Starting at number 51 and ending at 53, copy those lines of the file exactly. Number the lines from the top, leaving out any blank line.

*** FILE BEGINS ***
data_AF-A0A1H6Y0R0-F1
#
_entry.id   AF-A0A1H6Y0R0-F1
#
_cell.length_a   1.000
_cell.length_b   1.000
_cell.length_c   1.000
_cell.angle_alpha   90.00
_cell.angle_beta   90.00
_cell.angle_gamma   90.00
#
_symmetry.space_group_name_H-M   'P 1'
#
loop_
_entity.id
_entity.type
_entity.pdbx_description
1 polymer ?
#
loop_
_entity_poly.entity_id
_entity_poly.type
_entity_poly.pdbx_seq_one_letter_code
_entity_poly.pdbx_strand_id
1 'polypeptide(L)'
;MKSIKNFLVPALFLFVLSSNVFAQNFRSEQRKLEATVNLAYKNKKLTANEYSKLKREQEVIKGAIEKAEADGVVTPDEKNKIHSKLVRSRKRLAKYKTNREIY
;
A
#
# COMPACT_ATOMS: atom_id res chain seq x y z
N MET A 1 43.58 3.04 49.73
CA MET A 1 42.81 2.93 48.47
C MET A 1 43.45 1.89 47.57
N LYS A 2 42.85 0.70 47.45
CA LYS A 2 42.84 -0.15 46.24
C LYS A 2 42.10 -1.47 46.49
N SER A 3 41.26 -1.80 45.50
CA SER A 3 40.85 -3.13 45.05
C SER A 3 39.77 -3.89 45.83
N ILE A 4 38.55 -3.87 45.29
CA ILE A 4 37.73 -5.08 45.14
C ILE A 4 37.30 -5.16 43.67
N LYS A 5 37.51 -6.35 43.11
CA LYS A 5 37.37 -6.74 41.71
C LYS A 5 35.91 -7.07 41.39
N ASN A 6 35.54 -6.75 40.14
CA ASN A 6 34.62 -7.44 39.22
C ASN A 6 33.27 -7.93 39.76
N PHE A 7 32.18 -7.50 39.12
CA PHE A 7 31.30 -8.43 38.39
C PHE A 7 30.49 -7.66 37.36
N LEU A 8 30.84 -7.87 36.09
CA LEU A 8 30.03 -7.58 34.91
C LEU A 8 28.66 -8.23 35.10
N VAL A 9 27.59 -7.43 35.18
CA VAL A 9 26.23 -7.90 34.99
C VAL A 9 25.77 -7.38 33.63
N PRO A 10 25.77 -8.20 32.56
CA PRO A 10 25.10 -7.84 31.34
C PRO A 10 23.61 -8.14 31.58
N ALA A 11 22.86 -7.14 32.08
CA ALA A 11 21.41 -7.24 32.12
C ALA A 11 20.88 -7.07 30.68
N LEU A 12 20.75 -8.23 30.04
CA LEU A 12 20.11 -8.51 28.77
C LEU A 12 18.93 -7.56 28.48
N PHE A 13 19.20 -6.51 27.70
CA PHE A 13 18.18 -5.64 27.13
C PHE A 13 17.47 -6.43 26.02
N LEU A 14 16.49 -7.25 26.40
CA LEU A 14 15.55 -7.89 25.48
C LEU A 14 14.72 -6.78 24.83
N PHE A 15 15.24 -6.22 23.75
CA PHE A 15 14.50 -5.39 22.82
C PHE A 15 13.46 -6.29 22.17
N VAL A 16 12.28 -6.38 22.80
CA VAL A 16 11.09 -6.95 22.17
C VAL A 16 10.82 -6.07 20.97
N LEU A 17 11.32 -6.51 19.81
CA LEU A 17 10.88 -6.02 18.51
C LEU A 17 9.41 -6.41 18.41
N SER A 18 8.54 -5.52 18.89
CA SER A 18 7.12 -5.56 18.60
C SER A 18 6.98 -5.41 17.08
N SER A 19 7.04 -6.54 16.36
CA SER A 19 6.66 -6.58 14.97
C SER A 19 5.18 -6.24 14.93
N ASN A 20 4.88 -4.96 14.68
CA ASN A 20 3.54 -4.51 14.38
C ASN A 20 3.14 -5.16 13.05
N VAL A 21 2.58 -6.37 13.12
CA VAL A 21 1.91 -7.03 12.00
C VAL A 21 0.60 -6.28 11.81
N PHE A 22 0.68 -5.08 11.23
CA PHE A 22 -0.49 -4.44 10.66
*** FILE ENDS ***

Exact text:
C PHE A 7 30.49 -7.66 37.36
N LEU A 8 30.84 -7.87 36.09
CA LEU A 8 30.03 -7.58 34.91